Five sources are usually sufficient far the family history of the average Catholic in the 19th century -the church records, the clvil BMDs, the 1901 census, and two property surveys.

The church records comprise records of baptisms, which can be taken as occurring wthin a few days of birth, and marriages. Their importance stems from the fact that (apart from non-Catholic marriages) civil registraton of BMD dates from 1864 in Ireland. The church did not keep death or burial records. Gravestones offer a partial substitute, but very few people had gravestones and those surviving today represent less than 1% of the population. Newspapers, especally in the first half of the century, also had little interest in the average (i.e. poor, non-professional) Catholics.

The 1901 census is the earliest census to survive in Ireland, as earlier ones perished in various flres. It is useful as a quick check on ages, occupatons and the native county af people on the move. It is the first port of call when trying to find out if some of an emigrant's family remained at home.

The first of the two property surveys mentioned is known as the 'Tithe Applotment'. It was an assessment of arable land values for a church tax known as a Tithe. There is a book for every civil parish, most dated between 1825 and 1835. Hence their usual abbrevation TABs. Note that only land is included in this survey; houses are not. One must therefore not expect to find town property in this survey, and must not take the absence of a name as the absence of a person of that name from an area, unless they already know he was a farmer.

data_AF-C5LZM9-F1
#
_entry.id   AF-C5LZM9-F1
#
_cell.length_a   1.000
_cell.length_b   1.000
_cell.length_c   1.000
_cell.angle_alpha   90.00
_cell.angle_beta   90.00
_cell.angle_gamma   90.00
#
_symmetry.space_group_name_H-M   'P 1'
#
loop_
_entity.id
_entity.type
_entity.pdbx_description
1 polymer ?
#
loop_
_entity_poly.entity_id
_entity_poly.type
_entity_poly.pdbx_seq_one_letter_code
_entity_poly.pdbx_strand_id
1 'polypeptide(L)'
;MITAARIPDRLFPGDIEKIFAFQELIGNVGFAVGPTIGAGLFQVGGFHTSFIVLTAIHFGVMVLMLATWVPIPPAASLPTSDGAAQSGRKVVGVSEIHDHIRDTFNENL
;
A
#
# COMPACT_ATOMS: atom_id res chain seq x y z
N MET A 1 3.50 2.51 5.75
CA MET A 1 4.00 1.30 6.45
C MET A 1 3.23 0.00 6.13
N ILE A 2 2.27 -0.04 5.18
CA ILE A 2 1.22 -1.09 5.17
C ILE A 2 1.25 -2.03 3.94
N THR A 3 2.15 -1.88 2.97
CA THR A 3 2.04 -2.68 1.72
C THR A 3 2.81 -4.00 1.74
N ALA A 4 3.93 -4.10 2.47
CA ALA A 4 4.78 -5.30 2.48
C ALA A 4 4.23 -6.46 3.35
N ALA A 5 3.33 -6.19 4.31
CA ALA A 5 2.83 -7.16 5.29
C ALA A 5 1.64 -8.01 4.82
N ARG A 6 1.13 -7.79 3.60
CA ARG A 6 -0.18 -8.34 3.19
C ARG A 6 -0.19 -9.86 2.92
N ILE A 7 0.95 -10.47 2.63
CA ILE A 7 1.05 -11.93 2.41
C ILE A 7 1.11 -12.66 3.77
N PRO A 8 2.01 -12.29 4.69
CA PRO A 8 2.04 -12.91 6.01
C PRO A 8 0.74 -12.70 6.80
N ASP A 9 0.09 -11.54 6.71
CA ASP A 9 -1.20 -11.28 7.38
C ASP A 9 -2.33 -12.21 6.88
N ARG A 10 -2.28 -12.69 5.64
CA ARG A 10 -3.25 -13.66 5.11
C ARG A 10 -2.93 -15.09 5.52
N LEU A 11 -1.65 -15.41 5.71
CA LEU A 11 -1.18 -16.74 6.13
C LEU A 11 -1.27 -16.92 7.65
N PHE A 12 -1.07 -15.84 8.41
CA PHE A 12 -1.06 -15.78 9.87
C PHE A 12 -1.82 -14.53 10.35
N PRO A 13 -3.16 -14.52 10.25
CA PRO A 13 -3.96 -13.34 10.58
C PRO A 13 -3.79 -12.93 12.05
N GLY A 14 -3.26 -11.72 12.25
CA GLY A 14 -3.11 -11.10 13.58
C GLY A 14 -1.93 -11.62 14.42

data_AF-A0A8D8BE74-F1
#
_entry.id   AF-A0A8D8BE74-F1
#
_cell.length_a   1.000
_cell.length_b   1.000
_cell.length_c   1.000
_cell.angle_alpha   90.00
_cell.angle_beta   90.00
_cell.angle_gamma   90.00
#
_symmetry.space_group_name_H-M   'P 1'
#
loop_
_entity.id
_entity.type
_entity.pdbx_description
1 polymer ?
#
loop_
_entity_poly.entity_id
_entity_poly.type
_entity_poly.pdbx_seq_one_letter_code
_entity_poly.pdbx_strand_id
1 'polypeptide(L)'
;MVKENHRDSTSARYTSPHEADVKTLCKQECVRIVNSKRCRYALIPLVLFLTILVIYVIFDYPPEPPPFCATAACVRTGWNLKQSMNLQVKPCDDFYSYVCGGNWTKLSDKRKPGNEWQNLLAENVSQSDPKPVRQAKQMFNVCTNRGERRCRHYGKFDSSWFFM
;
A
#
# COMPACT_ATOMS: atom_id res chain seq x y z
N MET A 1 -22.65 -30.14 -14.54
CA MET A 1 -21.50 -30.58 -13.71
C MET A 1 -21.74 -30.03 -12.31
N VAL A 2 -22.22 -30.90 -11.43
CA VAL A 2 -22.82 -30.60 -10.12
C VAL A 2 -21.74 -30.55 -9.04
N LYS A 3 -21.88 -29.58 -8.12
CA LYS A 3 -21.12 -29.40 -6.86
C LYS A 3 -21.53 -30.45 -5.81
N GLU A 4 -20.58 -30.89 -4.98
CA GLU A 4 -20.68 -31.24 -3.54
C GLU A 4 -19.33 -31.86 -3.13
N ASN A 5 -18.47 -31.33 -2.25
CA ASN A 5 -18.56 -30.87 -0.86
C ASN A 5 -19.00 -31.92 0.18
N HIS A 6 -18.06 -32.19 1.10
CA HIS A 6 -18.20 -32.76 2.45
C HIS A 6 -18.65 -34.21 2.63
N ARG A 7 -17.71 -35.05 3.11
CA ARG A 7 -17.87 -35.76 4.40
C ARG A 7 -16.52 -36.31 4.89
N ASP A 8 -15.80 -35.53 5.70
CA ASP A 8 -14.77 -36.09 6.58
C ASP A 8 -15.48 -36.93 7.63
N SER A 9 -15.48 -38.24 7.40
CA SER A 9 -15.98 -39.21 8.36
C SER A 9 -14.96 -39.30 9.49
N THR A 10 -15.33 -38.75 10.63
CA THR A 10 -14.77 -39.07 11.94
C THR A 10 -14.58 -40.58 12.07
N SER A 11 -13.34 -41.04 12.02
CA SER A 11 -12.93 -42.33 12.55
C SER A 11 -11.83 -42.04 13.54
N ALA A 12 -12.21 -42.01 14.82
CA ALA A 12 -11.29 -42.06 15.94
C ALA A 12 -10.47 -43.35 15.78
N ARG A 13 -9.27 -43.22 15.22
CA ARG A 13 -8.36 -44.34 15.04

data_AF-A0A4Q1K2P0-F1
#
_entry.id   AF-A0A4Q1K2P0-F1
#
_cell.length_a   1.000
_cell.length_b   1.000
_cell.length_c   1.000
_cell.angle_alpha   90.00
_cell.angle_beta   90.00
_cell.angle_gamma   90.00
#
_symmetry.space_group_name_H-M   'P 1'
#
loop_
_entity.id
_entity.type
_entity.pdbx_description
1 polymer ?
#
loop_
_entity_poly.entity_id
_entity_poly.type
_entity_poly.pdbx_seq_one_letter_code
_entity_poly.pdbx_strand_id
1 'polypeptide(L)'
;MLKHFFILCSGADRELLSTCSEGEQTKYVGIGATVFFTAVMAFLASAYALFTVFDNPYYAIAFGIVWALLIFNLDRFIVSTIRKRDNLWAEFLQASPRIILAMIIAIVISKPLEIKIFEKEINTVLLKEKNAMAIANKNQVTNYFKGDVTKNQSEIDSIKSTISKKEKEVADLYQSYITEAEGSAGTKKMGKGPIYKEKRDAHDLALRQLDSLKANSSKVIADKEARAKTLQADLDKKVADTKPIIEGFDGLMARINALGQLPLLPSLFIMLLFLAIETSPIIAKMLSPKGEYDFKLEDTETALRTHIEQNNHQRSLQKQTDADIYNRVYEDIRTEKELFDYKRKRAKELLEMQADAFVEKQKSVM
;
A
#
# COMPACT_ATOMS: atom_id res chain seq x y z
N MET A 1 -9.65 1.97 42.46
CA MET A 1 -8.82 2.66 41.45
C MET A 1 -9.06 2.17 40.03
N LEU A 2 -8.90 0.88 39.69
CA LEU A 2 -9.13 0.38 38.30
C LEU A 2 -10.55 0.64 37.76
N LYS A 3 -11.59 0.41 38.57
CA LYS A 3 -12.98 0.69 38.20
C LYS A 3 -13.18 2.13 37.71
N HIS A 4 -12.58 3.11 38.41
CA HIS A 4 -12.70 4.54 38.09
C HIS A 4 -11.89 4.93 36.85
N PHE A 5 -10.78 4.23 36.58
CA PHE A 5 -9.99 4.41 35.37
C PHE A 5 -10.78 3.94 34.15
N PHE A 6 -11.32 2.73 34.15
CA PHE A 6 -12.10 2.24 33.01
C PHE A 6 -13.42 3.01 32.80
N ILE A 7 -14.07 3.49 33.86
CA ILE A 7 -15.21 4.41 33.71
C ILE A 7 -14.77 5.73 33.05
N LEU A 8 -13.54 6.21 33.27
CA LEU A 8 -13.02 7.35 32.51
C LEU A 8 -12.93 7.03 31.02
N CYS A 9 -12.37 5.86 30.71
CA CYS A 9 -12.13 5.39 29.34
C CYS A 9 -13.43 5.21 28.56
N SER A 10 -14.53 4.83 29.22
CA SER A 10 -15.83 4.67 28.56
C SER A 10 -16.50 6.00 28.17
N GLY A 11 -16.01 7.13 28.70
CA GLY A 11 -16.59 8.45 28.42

The second survey, known as 'Griffith's Valuation' (GV), belongs to the years immediately after 1850. It sought to value every house and piece of land as a basis for a property tax known in Ireland as a 'Rate'. It is more comprehensive than the first, in that it covers every rateable house as well as every farm.

On to The Family.

Last revision: 2/28/97

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